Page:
The nomenclature based on "weak D types" was first used in the publication Blood 1999 Jan 1;93:385-93 for a host of different RHD alleles that expressed a weak D phenotype.
Once additional examples for similar RHD alleles were found, the same nomenclature was applied and consecutive numbers were given to such alleles. For a current updated list of weak D types please refer to the RhesusBase .
However, the procedure of distributing these numbers and the minimally required criteria for using the "weak D nomenclature" were not publically defined. The issue is of some practical interest and was publically discussed during the Rhesus flow cytometry session at the 4th International Workshop on Monoclonal Antibodies against Human Red Blood Cells and Related Antigens at the INTS in Paris on 19 July 2001 with participation by Drs Marion Scott & Geoff Daniels , BITS Bristol.
This webpage was designed to present a possible solution and to avoid any confusion that is likely to occur if researchers start assigning weak D type numbers essentially at random. The webpage may be a guide for a "standard" procedure and applying the criteria detailed herein would guarantee that publication of any "weak D type" would suffice to a common standard of quality for characterization of new RHD alleles with alleged weak D phenotype.
Principles: Full length coding sequence (CDS) established by sequening, non-exofacial location, weak expression of antigen D and documentation in the public record.
1. A new RHD allele as defined by the nucleotide sequencing of the full length RHD coding sequence, either as cDNA or from genomic DNA covering all 10 RHD exons.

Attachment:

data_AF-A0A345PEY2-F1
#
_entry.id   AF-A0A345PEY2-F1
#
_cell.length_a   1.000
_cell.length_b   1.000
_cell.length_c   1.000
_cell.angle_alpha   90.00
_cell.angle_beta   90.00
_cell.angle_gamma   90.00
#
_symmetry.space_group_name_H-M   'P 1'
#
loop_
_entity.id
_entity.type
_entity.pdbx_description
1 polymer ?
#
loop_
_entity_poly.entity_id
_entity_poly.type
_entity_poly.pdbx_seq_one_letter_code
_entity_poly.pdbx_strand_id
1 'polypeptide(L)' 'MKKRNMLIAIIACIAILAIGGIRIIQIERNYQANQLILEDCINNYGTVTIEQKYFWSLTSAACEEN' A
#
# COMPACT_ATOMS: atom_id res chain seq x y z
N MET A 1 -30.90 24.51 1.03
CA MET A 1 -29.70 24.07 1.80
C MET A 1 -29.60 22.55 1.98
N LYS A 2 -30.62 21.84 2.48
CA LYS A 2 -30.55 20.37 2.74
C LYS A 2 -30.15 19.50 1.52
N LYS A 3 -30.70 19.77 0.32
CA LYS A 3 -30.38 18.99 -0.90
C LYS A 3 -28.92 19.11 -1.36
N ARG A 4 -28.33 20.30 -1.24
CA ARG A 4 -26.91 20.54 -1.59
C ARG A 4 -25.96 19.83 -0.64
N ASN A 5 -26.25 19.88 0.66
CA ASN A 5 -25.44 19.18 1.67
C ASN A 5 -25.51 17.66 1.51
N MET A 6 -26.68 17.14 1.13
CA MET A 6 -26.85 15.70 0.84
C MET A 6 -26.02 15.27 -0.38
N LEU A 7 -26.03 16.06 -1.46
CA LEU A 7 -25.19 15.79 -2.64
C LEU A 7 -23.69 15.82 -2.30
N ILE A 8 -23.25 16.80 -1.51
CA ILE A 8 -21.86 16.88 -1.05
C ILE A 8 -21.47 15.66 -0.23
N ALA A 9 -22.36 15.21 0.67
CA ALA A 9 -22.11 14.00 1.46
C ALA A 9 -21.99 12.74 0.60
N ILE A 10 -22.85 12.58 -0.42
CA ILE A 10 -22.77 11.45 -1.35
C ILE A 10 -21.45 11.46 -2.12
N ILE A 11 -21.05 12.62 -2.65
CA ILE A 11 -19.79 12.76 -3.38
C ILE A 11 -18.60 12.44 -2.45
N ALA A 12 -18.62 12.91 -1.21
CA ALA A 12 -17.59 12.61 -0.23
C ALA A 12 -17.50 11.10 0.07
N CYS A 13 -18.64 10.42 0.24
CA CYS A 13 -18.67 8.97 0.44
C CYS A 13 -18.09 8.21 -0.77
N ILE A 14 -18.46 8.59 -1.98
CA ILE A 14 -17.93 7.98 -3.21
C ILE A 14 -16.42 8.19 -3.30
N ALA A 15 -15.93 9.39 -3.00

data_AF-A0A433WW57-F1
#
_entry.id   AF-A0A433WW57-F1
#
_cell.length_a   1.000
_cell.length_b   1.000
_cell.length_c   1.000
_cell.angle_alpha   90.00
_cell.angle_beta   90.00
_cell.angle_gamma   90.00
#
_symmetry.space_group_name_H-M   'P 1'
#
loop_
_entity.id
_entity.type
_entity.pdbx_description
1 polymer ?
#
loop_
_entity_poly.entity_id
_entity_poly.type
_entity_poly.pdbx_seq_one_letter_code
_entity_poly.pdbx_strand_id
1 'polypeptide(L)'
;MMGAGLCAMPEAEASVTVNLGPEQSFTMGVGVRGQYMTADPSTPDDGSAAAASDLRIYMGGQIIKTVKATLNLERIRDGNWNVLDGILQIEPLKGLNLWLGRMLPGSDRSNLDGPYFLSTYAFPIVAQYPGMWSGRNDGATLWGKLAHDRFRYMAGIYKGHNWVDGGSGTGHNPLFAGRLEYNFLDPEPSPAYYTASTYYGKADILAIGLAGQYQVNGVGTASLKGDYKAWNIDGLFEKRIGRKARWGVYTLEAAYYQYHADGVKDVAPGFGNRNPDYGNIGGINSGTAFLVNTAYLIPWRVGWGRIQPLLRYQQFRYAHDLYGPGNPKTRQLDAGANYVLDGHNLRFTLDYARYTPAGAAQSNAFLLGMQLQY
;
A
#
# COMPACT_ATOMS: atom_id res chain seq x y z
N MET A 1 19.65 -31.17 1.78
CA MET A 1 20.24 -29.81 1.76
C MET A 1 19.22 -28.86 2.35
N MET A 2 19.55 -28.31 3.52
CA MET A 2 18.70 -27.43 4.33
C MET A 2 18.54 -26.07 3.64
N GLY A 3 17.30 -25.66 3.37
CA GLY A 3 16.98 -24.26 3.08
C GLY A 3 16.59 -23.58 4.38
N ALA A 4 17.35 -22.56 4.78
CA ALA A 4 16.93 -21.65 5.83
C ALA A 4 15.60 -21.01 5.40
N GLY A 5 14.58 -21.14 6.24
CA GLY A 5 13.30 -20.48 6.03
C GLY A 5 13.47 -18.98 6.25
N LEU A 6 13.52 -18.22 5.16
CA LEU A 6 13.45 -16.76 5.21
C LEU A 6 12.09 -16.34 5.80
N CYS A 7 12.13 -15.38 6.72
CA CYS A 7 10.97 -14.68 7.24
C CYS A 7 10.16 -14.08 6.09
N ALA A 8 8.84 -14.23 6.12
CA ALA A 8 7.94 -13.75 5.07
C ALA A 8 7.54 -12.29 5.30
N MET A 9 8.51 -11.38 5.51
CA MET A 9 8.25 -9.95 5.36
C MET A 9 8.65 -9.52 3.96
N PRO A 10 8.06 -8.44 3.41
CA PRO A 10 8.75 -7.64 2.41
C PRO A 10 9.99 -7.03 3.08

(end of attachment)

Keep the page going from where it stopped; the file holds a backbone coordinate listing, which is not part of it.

2. At least one amino acid substitution located in the membrane or below the membrane of the red blood cell. Usually, no amino acid substitution will be present at or above the membrane as this is likely to cause a partial D phenotype.
3. Proof of a weak D phenotype by a peer approved method. The prefered method is antigen D density determination of less than about 5,000 antigen D per red blood cell using by a flow cytometry method. As an alternative, weak reactivity by standard serology with monoclonal antibodies of IgM or IgG type in tube or gel is also acceptable.
4. Deposition of the RHD allele in one of the nucleotide sequence databases. This deposition should be hidden until after the assignment of the weak D type number. The initial deposition should be made without using any weak D type number, which of course would not be available at the time of deposition. See an example for the weak D type 1 allele .
Procedure for deposition
Principle: Assigned weak D types should be made public shortly after assigment.
1. Once the suggested requirements 1 to 4 are met, a weak D type number can be requested. Evidence for the suggested requirements, like a nucleotide database entry, should be provided by email or fax.
2. Upon assigning a weak D type number the nucleotide sequence entry should be amended accordingly and the entry should be made public by the authors shortly.
3. Any assigned weak D type will be entered into the RhesusBase and made public no later than 3 months after assignment.
Following the suggested procedure would avoid the likely possibility that weak D type numbers are assigned and the pertinent alleles (inadvertantly, lack of interest) would never be published. In addition, the "source" of the allele can be documented.
Of course, researchers may still dub their allele with the usual partial D nomenclature or use any other means of applying a nomenclature that they deem suitable.
a weak D type number
Summary of all published weak D types
Example for a nucleotide database entry
OMIM entry for weak D type 1
The RHD Mutation Database
Rhesus Immunization Registry
|The support of
Neil Avent PhD
, University of the West of England, Bristol UK in building this webpage
Abteilung Blutgruppenserologie und Immunhämatologie, DRK-Blutspendedienst
Baden-Württemberg - Hessen, Institut Ulm
Sponsored by the DRK-Blutspendedienst Baden-Württemberg - Hessen gGmbH, Mannheim, since Dec 2001